Choosing the right Hardwood Flooring for your home Angies List

Choosing the right Hardwood Flooring for your home Angies List

Choosing the right hardwood flooring for your home

Bamboo flooring can add panache to your dining room. (Photo courtesy of Angie’s List member John M. of Virginian Beach, Va.)

Hardwood flooring can be an excellent investment for your home, but only if it’s the right type and the right species. Knowing your options can help you weigh the pros and cons against your budget, lifestyle and climate in your area. In addition, it can help you avoid a potential mid-project disaster.

Laminate

Laminate flooring features a compressed fiberboard core, with a photographic image of wood grain adhered to the top. Once the image of the wood grain has been affixed, a protective coating is added to protect against damage and provide a shiny finish.

While it is a cost-effective option and is built to withstand a decent amount of wear and tear, even the top-quality laminates will not match the look and feel of a real hardwood floor. Unless you’ve opted for a waterproof core, it’s  not safe for kitchens and bathrooms where water can be an issue. Over time, the seams will become more apparent. Water damage will be easily visible and can’t be repaired.

Solid hardwood

Solid hardwood floors are made from real wood planks ranging from 18 to 20 millimeters in thickness, using a tongue-and-groove pattern for installation. Though this type of hardwood flooring is typically the most expensive with cost variables based on wood species, it can be sanded and refinished multiple times to a like new appearance before a completely new installation is required.

Solid hardwood floors will swell in moist conditions and contract in dry conditions. Over time, this can cause the floor to change its shape, which will also alter its appearance and potentially create problems. For this reason, installation must be done with care, and the floors should be properly maintained to extend their life.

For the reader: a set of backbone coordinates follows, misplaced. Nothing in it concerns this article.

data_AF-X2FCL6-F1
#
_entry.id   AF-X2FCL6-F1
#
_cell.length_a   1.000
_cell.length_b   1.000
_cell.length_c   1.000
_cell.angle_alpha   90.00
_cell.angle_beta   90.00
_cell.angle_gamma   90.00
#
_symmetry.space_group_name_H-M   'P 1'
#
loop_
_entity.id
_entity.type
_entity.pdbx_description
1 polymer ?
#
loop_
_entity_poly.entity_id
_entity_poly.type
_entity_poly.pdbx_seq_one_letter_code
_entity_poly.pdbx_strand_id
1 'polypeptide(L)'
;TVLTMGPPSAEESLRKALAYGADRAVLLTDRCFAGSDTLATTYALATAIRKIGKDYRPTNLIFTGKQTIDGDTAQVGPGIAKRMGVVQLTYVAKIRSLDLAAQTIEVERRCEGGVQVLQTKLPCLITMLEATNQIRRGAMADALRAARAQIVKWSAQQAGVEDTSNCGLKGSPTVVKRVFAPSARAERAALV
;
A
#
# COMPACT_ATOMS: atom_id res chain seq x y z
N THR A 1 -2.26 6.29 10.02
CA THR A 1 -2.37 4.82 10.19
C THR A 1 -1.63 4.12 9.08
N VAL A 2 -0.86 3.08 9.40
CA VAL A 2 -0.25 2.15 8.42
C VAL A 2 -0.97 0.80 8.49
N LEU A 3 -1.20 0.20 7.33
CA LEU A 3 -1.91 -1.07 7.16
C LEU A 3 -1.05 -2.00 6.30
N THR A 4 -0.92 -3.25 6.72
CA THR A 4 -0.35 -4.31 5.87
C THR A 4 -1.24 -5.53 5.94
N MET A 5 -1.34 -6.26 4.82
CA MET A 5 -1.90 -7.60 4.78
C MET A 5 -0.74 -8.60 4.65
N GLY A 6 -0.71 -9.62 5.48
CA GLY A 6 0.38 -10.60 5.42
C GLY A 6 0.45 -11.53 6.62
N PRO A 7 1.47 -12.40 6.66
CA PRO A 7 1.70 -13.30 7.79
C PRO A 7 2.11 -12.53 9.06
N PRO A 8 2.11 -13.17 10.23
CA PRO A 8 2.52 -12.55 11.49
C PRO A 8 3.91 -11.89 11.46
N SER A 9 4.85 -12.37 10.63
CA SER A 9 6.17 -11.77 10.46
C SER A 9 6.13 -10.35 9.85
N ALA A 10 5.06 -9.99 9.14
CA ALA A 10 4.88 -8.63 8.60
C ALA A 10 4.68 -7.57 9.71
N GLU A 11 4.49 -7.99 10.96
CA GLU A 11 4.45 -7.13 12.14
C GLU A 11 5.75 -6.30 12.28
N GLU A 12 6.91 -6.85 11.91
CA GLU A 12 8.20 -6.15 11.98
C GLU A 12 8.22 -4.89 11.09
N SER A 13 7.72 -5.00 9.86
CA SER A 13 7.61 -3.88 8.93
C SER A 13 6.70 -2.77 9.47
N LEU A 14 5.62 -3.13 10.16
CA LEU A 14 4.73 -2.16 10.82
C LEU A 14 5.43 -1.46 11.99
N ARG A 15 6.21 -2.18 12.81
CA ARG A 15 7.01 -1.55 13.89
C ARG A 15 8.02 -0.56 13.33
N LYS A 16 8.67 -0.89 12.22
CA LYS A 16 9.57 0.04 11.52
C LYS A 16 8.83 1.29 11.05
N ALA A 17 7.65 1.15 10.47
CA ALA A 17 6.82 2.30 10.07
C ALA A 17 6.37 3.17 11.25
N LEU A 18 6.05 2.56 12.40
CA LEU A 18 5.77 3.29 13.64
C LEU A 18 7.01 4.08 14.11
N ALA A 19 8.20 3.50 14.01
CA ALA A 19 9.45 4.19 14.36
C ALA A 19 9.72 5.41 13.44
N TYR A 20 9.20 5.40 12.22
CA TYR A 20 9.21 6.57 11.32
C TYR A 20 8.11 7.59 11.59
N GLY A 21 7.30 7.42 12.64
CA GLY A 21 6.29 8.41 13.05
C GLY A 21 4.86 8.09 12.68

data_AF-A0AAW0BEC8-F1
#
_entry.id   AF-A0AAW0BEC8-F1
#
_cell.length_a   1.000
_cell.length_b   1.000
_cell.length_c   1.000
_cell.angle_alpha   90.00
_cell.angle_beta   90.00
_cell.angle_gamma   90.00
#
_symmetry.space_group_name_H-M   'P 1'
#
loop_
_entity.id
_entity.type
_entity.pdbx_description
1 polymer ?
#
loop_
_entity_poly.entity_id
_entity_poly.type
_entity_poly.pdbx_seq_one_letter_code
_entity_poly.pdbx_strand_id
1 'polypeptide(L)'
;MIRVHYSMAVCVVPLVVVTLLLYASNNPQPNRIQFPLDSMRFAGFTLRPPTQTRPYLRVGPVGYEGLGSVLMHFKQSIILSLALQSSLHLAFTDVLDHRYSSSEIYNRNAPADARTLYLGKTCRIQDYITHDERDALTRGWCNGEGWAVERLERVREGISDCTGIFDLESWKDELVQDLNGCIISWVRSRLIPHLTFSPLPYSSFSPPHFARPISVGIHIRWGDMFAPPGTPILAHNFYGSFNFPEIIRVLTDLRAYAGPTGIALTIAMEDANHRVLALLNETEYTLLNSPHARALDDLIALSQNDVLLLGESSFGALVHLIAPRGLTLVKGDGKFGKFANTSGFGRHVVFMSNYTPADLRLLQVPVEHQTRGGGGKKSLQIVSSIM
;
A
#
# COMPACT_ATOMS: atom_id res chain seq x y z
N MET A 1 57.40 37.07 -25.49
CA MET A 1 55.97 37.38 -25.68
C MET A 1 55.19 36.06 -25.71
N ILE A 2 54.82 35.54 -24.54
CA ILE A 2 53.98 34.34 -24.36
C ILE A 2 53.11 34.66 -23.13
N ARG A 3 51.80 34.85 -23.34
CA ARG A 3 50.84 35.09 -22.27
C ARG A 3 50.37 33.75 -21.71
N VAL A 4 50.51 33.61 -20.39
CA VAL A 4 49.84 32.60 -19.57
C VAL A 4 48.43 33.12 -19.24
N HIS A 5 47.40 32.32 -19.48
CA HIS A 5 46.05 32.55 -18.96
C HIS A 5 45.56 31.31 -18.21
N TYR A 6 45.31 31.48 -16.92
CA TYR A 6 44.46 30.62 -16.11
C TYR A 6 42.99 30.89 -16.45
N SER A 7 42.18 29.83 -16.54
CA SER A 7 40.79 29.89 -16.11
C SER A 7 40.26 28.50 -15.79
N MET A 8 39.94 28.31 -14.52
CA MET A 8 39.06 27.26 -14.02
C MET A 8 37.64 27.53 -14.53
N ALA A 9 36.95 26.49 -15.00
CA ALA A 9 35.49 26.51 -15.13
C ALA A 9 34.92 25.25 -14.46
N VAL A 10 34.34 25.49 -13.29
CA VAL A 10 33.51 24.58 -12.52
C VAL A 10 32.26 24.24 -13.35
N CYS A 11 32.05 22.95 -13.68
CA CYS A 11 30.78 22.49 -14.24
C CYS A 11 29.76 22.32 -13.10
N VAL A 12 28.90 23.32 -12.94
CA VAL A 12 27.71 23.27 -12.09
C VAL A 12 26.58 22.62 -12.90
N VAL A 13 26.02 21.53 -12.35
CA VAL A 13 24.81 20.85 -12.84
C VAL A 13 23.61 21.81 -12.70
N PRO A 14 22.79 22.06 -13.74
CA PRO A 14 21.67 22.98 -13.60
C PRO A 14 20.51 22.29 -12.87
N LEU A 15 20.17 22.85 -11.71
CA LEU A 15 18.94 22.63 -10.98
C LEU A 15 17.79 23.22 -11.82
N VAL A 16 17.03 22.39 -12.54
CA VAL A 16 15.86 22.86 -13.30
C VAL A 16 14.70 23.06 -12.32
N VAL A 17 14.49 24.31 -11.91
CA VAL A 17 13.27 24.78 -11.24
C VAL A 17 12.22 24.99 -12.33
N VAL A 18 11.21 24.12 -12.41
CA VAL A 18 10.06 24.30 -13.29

Engineered hardwood

Engineered hardwood is the best of both worlds in terms of cost and appearance. While you will get a more durable floor compared to laminate, you won’t be stuck with the large investment of solid hardwood. Typically, you’ll have a 14-millimeter core, with four millimeters of real hardwood on top.

This type of construction makes for a more stable product, so you’ll be less likely to see changes in the floor as a result of expansion and contraction due to moisture in the environment.

Bamboo

Choosing the right Hardwood Flooring for your home Angies List

Compressing bamboo fibers together under high amounts of pressure creates this type of flooring. The floors are produced in China but are becoming more popular in the United States for their eco-friendly characteristics.

Bamboo grows much faster than the trees used to harvest wood for flooring. The floors are resistant to moisture and are softer than most hardwoods, so you can stand comfortably on them for longer periods of time. The softness will also help reduce noise. However, because Bamboo is so soft, the flooring is much more likely to scratch and ding compared to its hardwood counterparts. In addition, because of the expense to import the flooring from China, the investment is typically more than a solid hardwood floor.

Floor hardness

The Janka Hardness Scale is the industry standard for evaluating a wood species for its capability withstanding normal wear and tear. The rating on the scale indicates the amount of force required to embed a .444-inch steel ball to half its diameter in wood.

The harder the wood, the more it can withstand damage, but the more likely it is to be uncomfortable to bare feet. For perspective, hickory, the hardest commercially available hardwood, requires 1,820 pounds of pressure to mar it. Aspen, the softest hardwood available, requires only 350 pounds of pressure to mar it. Depending on the room where the wood will be installed, a certain hardness may make it a more desirable choice. However, a good rating on the Janka scale only serves as an indication of a floor’s durability because factors such as traffic and maintenance will also determine the appearance of the flooring years after installation.

You should choose your hardwood flooring based on the room where you’re installing it, the traffic you expect the room to get and the budget you have available for the project.


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